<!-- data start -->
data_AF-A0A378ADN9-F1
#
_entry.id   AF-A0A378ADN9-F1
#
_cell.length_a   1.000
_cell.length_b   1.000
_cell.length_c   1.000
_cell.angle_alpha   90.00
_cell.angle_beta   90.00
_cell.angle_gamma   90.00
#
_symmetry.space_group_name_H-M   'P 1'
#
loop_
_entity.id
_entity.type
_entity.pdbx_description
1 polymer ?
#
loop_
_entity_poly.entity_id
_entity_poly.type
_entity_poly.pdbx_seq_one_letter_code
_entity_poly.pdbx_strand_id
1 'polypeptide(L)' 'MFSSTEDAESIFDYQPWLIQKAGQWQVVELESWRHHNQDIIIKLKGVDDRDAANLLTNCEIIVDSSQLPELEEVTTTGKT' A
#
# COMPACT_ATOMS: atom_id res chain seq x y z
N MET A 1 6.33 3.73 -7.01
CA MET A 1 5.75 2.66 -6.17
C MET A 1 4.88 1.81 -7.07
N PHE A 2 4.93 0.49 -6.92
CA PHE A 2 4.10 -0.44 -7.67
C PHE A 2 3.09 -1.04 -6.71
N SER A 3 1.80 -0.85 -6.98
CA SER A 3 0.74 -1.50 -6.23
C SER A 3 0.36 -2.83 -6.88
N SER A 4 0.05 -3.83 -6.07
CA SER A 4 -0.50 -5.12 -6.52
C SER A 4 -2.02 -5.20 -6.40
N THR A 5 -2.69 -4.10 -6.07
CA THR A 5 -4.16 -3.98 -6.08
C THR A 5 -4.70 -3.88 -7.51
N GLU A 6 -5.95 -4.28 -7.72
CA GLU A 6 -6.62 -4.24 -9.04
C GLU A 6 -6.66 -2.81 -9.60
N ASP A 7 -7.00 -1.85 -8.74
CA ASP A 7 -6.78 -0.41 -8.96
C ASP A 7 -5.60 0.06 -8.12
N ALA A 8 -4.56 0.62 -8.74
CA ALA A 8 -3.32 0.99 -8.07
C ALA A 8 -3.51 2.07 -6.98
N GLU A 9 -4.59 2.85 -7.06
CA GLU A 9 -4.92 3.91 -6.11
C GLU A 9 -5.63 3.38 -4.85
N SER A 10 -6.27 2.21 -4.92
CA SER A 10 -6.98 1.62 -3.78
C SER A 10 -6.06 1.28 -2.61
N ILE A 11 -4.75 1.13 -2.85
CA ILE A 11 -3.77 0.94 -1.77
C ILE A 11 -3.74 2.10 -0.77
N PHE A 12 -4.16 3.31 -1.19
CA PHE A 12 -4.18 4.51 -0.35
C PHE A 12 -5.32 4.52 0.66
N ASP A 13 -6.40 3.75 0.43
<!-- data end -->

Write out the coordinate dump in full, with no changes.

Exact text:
data_AF-A0A378ADN9-F1
#
_entry.id   AF-A0A378ADN9-F1
#
_cell.length_a   1.000
_cell.length_b   1.000
_cell.length_c   1.000
_cell.angle_alpha   90.00
_cell.angle_beta   90.00
_cell.angle_gamma   90.00
#
_symmetry.space_group_name_H-M   'P 1'
#
loop_
_entity.id
_entity.type
_entity.pdbx_description
1 polymer ?
#
loop_
_entity_poly.entity_id
_entity_poly.type
_entity_poly.pdbx_seq_one_letter_code
_entity_poly.pdbx_strand_id
1 'polypeptide(L)' 'MFSSTEDAESIFDYQPWLIQKAGQWQVVELESWRHHNQDIIIKLKGVDDRDAANLLTNCEIIVDSSQLPELEEVTTTGKT' A
#
# COMPACT_ATOMS: atom_id res chain seq x y z
N MET A 1 6.33 3.73 -7.01
CA MET A 1 5.75 2.66 -6.17
C MET A 1 4.88 1.81 -7.07
N PHE A 2 4.93 0.49 -6.92
CA PHE A 2 4.10 -0.44 -7.67
C PHE A 2 3.09 -1.04 -6.71
N SER A 3 1.80 -0.85 -6.98
CA SER A 3 0.74 -1.50 -6.23
C SER A 3 0.36 -2.83 -6.88
N SER A 4 0.05 -3.83 -6.07
CA SER A 4 -0.50 -5.12 -6.52
C SER A 4 -2.02 -5.20 -6.40
N THR A 5 -2.69 -4.10 -6.07
CA THR A 5 -4.16 -3.98 -6.08
C THR A 5 -4.70 -3.88 -7.51
N GLU A 6 -5.95 -4.28 -7.72
CA GLU A 6 -6.62 -4.24 -9.04
C GLU A 6 -6.66 -2.81 -9.60
N ASP A 7 -7.00 -1.85 -8.74
CA ASP A 7 -6.78 -0.41 -8.96
C ASP A 7 -5.60 0.06 -8.12
N ALA A 8 -4.56 0.62 -8.74
CA ALA A 8 -3.32 0.99 -8.07
C ALA A 8 -3.51 2.07 -6.98
N GLU A 9 -4.59 2.85 -7.06
CA GLU A 9 -4.92 3.91 -6.11
C GLU A 9 -5.63 3.38 -4.85
N SER A 10 -6.27 2.21 -4.92
CA SER A 10 -6.98 1.62 -3.78
C SER A 10 -6.06 1.28 -2.61
N ILE A 11 -4.75 1.13 -2.85
CA ILE A 11 -3.77 0.94 -1.77
C ILE A 11 -3.74 2.10 -0.77
N PHE A 12 -4.16 3.31 -1.19
CA PHE A 12 -4.18 4.51 -0.35
C PHE A 12 -5.32 4.52 0.66
N ASP A 13 -6.40 3.75 0.43